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Student Researcher needs your help
Alicia Cattiaux-Fraser is a fourth year Faculty of Agriculture student doing an Honours project on an invasive pest of daylilies (the gall midge) in Atlantic Canada.
In an effort to determine how widely the pest is distributed within Atlantic Canada, Alicia is working to map its distribution through use of a short survey and is working with the provincial Daylily Association to collect samples for genetic analysis and look for highly susceptible cultivar.
“I chose this project because it encompasses both subjects I am studying -plant science and genetics/molecular biology,” explained Alicia. “I love working in the field as much as working precisely in a lab. If I can find a way to do both after graduation, like in this project, that would be golden!”
What is a gall?
The daylily gall midge is an insect that causes formations of a gall. A gall is a distinctive plant structure that is formed when some herbivorous insects feed on the plant. As the larvae feeds, chemicals in the larval saliva cause the plant to form unusual structures that serve as habitat for the insect. In the daylily gall midge, the insect lays its eggs within a developing daylily bud. This causes the bud to swell to unusual shapes. The daylily flower either appears highly deformed, fails to open, or rots off. The bud is full of small (2-5mm) nearly transparent maggots. These maggots will then develop into pupae, emerge the following summer and re-infect daylilies causing loss of flowers. Presence of this pest may pose a barrier for people selling their plants to other parts of the country.
What is the project?
Alicia is completing this research as part of her B.Sc (Hons) in Agriculture with a Major in Plant Science. Alicia hopes to determine whether the damage being observed is caused by the daylily gall midge or something else. She has also provided all members of the Daylily society with sample vials to collect any affected daylily buds they might find. She has also reached out to various garden clubs in the area to find samples. By mailing affected buds to Dalhousie, Alicia and her team will use molecular biology tools to determine whether these symptoms are being caused by the daylily gall midge, or something else altogether.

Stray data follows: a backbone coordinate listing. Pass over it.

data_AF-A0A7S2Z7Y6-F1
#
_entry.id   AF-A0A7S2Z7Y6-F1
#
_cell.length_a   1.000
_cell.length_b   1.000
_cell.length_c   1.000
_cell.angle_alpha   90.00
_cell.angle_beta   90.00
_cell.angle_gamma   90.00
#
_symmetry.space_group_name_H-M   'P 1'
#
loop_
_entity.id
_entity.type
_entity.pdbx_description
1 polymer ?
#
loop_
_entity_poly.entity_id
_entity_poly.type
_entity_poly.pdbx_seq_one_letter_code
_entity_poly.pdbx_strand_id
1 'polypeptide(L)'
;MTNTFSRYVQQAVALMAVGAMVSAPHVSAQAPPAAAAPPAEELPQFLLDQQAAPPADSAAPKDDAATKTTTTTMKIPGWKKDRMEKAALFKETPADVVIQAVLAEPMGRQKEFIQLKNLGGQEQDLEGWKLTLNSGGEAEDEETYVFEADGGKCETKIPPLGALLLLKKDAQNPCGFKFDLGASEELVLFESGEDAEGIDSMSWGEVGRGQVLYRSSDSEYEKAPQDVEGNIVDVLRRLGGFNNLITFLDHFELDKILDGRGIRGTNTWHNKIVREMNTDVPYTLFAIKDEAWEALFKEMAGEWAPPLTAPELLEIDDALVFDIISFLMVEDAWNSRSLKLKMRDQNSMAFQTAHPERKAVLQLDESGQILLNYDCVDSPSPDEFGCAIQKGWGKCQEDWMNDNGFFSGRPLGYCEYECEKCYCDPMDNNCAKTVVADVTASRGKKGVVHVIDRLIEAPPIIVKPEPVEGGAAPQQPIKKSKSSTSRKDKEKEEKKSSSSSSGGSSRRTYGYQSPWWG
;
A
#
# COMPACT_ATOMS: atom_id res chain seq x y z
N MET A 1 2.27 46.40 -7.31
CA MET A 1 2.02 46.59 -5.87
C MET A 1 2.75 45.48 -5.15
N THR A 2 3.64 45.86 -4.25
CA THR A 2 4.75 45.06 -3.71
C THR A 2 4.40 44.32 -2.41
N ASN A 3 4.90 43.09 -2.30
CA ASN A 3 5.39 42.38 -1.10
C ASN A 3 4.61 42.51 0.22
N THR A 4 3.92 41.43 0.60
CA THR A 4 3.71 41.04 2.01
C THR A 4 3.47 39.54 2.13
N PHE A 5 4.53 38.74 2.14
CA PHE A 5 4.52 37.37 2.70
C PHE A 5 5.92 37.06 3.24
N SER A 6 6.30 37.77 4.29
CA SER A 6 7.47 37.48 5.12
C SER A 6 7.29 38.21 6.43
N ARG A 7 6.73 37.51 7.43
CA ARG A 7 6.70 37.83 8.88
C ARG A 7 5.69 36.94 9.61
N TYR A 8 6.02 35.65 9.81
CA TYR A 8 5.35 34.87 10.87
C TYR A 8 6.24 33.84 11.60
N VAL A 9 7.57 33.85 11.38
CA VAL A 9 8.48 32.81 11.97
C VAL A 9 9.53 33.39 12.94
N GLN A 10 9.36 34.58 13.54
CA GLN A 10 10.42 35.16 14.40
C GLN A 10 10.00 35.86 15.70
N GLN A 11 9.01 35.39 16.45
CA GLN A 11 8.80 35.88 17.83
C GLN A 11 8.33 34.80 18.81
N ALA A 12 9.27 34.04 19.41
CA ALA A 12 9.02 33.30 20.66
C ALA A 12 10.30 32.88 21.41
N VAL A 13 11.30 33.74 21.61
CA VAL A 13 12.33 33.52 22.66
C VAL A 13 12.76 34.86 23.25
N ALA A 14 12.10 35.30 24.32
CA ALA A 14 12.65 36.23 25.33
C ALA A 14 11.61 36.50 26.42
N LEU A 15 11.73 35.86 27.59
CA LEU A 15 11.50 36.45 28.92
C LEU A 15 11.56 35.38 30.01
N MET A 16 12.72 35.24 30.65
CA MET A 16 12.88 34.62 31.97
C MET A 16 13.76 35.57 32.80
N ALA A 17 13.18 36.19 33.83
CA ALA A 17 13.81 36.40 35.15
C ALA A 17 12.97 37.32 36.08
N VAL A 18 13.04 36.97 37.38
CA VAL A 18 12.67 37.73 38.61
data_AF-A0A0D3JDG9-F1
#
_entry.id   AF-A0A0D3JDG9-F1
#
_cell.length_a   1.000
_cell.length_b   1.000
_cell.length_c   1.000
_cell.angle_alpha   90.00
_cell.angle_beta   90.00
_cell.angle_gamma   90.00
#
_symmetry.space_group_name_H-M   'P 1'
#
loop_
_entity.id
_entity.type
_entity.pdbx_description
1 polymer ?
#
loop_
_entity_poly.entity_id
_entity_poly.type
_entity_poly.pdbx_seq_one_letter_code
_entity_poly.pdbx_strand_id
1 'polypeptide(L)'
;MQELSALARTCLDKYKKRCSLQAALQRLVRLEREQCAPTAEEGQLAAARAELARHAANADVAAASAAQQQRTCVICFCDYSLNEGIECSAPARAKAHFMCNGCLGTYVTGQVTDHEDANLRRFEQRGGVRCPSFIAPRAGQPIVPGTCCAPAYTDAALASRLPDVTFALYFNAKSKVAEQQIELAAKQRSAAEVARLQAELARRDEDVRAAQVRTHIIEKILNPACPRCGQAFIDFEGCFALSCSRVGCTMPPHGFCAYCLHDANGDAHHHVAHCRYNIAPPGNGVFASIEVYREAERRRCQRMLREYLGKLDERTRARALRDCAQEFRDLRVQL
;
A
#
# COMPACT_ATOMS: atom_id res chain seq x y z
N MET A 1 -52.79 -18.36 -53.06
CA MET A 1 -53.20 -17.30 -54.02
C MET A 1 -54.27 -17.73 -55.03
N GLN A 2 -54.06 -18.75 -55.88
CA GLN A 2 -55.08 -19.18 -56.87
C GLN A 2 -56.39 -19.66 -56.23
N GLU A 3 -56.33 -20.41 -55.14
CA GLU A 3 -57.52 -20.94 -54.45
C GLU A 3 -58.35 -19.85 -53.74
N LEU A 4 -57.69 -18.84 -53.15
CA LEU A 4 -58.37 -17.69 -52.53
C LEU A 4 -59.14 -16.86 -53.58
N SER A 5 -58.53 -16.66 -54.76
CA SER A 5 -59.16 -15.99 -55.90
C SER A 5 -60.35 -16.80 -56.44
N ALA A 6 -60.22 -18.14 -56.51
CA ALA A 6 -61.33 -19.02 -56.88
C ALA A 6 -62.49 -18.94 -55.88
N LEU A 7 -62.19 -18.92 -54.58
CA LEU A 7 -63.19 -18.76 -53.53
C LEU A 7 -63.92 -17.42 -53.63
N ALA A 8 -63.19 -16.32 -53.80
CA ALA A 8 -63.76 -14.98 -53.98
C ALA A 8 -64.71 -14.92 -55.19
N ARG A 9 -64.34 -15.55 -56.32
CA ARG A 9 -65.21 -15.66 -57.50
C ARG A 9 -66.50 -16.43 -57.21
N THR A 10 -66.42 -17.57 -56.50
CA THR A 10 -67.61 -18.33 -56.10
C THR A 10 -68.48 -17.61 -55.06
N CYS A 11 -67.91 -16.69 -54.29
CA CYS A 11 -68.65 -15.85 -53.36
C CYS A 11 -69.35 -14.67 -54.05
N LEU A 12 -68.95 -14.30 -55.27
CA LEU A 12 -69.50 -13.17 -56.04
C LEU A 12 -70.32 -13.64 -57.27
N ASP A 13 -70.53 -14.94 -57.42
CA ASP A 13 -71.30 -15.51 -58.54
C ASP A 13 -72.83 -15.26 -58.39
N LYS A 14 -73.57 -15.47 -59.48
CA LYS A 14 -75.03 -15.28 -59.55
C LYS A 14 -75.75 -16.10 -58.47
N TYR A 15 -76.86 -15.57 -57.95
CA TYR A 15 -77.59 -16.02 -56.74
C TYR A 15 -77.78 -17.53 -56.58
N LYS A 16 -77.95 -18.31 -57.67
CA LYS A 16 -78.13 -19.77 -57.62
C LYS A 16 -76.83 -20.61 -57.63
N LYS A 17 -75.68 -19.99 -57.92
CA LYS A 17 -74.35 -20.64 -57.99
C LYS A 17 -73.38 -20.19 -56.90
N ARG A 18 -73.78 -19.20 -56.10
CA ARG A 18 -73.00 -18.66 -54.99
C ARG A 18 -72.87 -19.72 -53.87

Action/How you can Help
If you live in Atlantic Canada and grow daylilies in your garden - we would love your help! From the middle of June to the end of July, keep an eye on your daylily plants. If you see any unusual looking buds (e.g. split, stumpy, bumpy, or malformed) break it open. If you see many small translucent maggots, it's most likely the daylily gall fly. Whether you find something unusual or find that everything looks great, we would love to know! Please fill out a quick (30-second) survey at: www.bit.ly/gallmidge
If you think you have the pest, we can confirm it's ID using molecular tools. Send us an e-mail at firstname.lastname@example.org and we will provide the necessary information for submitting samples.
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